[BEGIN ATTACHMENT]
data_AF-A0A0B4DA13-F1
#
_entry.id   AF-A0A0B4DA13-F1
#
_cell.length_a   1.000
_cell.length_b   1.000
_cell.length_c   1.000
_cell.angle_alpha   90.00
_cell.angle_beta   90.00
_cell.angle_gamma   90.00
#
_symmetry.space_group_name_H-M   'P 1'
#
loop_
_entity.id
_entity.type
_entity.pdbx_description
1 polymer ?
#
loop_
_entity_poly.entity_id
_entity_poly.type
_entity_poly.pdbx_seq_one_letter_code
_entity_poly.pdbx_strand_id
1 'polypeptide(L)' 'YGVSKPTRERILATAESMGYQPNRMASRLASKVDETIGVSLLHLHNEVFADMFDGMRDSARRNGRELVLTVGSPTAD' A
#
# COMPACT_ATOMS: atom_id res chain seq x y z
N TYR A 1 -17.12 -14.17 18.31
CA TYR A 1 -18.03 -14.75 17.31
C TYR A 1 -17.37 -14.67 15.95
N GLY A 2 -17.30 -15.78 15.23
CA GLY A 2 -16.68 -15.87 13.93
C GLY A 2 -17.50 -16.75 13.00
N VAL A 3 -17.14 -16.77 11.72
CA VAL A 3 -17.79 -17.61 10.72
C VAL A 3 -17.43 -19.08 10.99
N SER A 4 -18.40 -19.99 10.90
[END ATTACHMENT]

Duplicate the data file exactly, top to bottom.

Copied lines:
data_AF-A0A0B4DA13-F1
#
_entry.id   AF-A0A0B4DA13-F1
#
_cell.length_a   1.000
_cell.length_b   1.000
_cell.length_c   1.000
_cell.angle_alpha   90.00
_cell.angle_beta   90.00
_cell.angle_gamma   90.00
#
_symmetry.space_group_name_H-M   'P 1'
#
loop_
_entity.id
_entity.type
_entity.pdbx_description
1 polymer ?
#
loop_
_entity_poly.entity_id
_entity_poly.type
_entity_poly.pdbx_seq_one_letter_code
_entity_poly.pdbx_strand_id
1 'polypeptide(L)' 'YGVSKPTRERILATAESMGYQPNRMASRLASKVDETIGVSLLHLHNEVFADMFDGMRDSARRNGRELVLTVGSPTAD' A
#
# COMPACT_ATOMS: atom_id res chain seq x y z
N TYR A 1 -17.12 -14.17 18.31
CA TYR A 1 -18.03 -14.75 17.31
C TYR A 1 -17.37 -14.67 15.95
N GLY A 2 -17.30 -15.78 15.23
CA GLY A 2 -16.68 -15.87 13.93
C GLY A 2 -17.50 -16.75 13.00
N VAL A 3 -17.14 -16.77 11.72
CA VAL A 3 -17.79 -17.61 10.72
C VAL A 3 -17.43 -19.08 10.99
N SER A 4 -18.40 -19.99 10.90